Over the years, we have seen an escalation in the series of hacks on health care services, power grids, nuclear plants and our privacy, with no respite. The threat is not just from China alone. It could be from North Korea or, as a matter of fact, from any state or non-state actor. This intent is to destabilize a country.
Cybersecurity is critical for national security and requires indigenization, and the cybersecurity framework of a nation should aim to provide a safe, secure and resilient system for the country’s prosperity. Cybersecurity is not the responsibility of an individual or an organization, but of the country as a whole. It is a culture that has to be inculcated. Furthermore, government ministries should be cognizant of the latent threat of cyberwarfare and not behave like an ostrich!
This article walks you through the possible cyberwarfare tactics that could be the knockout blow for democracies around the globe.
The Future of Cyberwarfare
We live in a highly connected world. Most of the cities across the globe are connected to computerized systems that connect vehicles, traffic, utility services, people and the government to one another. These connections are themselves connected to grids that manage the networks efficiently; be it the energy grid, the finance grid or the transportation grid, all are connected, interdependent and, sometimes, connected to a super grid.
However, a super-connected smart nation also means security threats that have the potential to destabilize, or at least disrupt, the country. A potential vulnerability on one grid can have a multiplier effect that impacts them all.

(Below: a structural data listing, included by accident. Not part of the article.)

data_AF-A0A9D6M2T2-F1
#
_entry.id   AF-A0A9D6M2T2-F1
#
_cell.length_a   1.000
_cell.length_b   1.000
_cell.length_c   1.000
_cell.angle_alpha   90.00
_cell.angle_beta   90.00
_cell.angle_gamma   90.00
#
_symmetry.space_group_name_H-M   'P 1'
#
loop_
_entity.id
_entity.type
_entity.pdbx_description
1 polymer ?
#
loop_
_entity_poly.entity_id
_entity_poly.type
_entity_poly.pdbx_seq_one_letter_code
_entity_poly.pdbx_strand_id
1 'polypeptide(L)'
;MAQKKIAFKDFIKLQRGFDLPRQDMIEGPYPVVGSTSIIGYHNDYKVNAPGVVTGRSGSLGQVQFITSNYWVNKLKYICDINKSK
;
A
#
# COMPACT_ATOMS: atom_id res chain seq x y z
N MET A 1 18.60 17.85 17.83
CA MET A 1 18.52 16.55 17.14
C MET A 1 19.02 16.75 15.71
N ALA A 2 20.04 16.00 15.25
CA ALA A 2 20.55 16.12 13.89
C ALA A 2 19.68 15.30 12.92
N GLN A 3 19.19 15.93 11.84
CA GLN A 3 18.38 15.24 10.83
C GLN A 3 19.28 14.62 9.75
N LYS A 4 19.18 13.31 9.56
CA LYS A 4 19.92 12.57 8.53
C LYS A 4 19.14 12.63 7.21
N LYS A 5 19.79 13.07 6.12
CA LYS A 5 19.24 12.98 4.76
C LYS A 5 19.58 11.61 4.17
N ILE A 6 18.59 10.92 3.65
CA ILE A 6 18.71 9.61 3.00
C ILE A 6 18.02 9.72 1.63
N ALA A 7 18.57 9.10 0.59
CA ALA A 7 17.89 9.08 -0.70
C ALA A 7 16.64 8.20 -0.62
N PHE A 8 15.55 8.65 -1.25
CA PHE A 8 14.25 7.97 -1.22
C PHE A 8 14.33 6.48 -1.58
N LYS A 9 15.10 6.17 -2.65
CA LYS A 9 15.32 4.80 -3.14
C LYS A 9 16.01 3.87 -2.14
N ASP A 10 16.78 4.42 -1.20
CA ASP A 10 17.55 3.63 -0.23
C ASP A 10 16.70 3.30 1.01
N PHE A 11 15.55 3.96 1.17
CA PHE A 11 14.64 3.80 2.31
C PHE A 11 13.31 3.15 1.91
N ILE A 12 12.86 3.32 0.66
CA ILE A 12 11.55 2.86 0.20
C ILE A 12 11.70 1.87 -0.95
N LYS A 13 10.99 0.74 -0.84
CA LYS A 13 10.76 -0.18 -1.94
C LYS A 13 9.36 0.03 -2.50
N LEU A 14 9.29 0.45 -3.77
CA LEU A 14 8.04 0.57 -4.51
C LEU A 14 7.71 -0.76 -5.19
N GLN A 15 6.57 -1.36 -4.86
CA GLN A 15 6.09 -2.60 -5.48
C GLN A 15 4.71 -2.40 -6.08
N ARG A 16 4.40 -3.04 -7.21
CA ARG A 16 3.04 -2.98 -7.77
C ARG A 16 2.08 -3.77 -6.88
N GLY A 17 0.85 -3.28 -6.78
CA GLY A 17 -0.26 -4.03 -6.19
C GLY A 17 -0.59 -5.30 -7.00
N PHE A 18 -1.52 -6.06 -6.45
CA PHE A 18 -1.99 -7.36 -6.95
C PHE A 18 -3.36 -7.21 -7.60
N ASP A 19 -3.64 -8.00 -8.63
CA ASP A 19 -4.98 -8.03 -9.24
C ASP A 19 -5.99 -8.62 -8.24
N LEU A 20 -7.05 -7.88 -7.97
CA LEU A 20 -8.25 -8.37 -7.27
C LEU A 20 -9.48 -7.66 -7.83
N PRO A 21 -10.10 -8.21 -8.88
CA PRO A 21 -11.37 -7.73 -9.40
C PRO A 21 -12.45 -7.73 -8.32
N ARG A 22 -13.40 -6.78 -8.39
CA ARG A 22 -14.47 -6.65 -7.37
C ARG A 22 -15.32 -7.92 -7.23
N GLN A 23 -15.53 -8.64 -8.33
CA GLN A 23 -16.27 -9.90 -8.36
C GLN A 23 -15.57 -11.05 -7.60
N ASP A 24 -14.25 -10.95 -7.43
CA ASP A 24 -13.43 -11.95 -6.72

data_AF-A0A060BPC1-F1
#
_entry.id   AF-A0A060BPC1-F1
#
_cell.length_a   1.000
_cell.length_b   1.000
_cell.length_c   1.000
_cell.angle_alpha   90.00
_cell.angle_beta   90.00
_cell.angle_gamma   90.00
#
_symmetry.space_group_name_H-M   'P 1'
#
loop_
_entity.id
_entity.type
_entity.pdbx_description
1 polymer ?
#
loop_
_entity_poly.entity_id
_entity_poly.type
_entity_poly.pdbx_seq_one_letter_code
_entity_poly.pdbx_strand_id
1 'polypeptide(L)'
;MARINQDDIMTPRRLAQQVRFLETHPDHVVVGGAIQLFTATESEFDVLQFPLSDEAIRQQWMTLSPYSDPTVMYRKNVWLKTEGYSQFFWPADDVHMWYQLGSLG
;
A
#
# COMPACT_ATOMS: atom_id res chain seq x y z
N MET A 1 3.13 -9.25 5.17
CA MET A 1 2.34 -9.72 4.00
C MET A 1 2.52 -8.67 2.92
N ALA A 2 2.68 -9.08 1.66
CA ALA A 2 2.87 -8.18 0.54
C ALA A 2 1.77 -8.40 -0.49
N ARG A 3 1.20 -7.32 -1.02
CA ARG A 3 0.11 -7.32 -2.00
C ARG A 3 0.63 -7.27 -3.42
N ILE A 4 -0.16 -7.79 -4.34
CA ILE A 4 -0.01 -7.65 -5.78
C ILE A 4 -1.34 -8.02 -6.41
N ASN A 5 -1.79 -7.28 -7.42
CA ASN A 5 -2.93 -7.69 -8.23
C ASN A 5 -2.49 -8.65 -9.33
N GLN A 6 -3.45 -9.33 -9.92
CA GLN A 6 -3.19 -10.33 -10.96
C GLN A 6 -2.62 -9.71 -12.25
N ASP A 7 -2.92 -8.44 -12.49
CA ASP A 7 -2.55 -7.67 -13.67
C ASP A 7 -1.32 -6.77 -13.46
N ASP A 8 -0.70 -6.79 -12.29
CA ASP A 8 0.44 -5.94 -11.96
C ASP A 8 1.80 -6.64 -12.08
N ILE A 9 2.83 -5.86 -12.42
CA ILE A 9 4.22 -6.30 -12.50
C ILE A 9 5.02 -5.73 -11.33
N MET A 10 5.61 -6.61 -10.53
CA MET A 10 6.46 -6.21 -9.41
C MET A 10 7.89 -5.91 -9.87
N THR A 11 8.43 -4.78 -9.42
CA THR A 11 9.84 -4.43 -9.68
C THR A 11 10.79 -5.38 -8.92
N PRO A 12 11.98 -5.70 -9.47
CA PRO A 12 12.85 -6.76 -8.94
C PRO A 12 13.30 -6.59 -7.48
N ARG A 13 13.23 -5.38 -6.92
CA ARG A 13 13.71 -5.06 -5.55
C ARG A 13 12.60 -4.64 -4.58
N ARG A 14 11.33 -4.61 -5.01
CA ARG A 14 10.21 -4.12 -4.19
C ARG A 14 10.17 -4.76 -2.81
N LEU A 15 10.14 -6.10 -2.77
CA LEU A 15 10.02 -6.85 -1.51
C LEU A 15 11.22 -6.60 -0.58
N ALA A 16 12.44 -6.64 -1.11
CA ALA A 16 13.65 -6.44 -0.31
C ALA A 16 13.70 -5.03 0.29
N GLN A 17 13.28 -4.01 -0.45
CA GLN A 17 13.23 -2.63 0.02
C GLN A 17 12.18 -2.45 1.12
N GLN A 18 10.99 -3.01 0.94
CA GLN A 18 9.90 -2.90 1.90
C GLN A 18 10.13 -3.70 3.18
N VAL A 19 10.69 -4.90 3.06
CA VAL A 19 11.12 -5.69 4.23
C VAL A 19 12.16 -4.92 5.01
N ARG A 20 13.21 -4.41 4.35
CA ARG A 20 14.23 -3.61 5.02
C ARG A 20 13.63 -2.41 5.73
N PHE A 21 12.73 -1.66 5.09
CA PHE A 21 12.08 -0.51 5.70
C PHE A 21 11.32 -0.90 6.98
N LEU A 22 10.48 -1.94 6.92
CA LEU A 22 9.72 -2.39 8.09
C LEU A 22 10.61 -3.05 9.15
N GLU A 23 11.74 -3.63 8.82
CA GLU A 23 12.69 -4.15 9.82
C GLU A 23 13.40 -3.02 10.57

The Cost of Deterrence
Most countries are substantially equipped with weapons of mass destruction. The Federation of American Scientists estimates that Russia possesses 6,800 nuclear weapons, while the United States has 6,185, India has 150 nuclear warheads, while China and Pakistan have 320 and 160, respectively. Certain countries have significant military advantages, with thousands of troops and an advanced infantry, and also are armed with possible allies.
India’s latest – and one of the most advanced – medium range artillery guns, the ATAGS Howitzer, comes at a price of USD $3 million; each artillery shell costs USD $14,000. On the other hand, developing a cyber weapon is quite cheap and easy. The Top 10 VPN Hacking Tools Price Index found malware that can be bought for $45, while tutorials on building an attack are available for a mere $5. Considering the fact that, if a nation-state sponsors such attacks and bears the cost, $1,000 to buy a single component for a zero-day exploit or $28,000 for a cell tower simulator kit to intercept call data seems insignificant.